In the midst of refining her products and testing recipes, Lavorato was working for Bowien and helping him bring Mission Chinese to New York City along with taking on retail jobs and doing a bit of food writing. One of her Bay Area friends who worked for Alice Waters encouraged her to apply for a stage (or internship) at Waters' Rome Sustainable Food Project. She got accepted and moved to Rome for three months where she cooked for "prize-winning scholars" at the American Academy in Rome. "I've never worked harder in my life," she remembers. "You're in this commercial kitchen spending 12 hours on your feet a day -- at least -- preparing either the lunch or dinner shift for the scholars at the Academy." True to Waters' ethos, everyone participating in the stage learned things from scratch. "There are no shortcuts in that kitchen," Lavorato says. But, as grueling as it was, the experience "gave me a lot of confidence as a cook."
It was upon her return to the States from Rome that Marigold Sweets really "went full gear." By now Lavorato was living in LA and had also switched from using cold water hash to CO2 concentrate, "an industry standard," she says. "It keeps the dose accurate and there is little to no flavor. The objective is the same [as that of cold water hash] but it's taken to the next level." Wanting to run Marigold by the book, she teamed up with Eagle Rock-based medical marijuana dispensary Cornerstone Collective (where she is also a patient) to carry her treats; her collaboration with the Collective also allowed her to work with patients to find the right doses and products for them.
In looking for a cultivator from whom she could buy the CO2 concentrate, Lavorato says she was drawn to female purveyors. "When I first started, I worked with a female cultivator from Humboldt. Women cultivators, dispensary owners, edible makers or anything other than 'bud tenders' can be somewhat rare in the industry, so it felt right to support a female farmer," she says. "We stayed in touch after I moved on to CO2 and when she joined True Humboldt, a co-op of local farmers in Humboldt County, I jumped at the opportunity to work with them. They truly represent Slow Cannabis by using permaculture methods and cultivating heirloom strains. Now my CO2 comes from flowers grown in Humboldt county and we are working on CBD options." Of this last point, Lavorato points to CBD's health benefits. It's "a non-psychoactive cannabinoid found in cannabis," she says. "Certain strains have higher CBD levels than others. Most cultivators grow THC dominant strains, but there is a movement for CBD strains since it has been used to treat epilepsy."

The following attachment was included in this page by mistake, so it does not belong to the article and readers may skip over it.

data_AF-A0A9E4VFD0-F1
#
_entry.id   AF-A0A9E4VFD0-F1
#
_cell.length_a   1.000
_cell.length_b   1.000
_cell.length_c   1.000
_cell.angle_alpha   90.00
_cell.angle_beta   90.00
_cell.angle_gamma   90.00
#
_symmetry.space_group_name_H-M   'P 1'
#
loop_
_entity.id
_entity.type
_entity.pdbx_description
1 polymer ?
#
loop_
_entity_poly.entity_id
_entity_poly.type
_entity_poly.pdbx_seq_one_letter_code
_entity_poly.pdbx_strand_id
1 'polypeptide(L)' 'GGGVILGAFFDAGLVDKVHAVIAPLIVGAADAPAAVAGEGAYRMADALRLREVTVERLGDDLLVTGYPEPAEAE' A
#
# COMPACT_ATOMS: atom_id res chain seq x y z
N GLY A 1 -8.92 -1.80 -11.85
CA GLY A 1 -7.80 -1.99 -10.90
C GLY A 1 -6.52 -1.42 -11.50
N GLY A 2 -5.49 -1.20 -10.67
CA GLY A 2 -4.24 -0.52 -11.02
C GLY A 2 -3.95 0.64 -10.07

Currently Marigold Sweets now sells fleur de sel caramels (described on their website as having "notes of vanilla bean and signature Maldon sea salt" all "enrobed in organic dark chocolate") and peanut creams ("molded in Guittard organic milk chocolate" with "a smooth filling and crunchy peanut center"), all packaged in custom-designed seamless boxes made "in America by a family-owned company using recycled paper and a hydroelectric facility." Right now her main focus is on continuing to produce her confections and working with patients while also figuring out the best way to position her company so that it can take advantage of any changes in legislation, especially if and when California follows Colorado, Washington and Oregon and makes recreational marijuana legal. But as much as legalizing recreational marijuana would provide a huge opportunity to Marigold Sweets, Lavorato insists she doesn't "want to lose my connection to the medical properties of cannabis because I think that the research that's coming out is really exciting." She adds, "My passion is really about the medical [benefits] and the patients."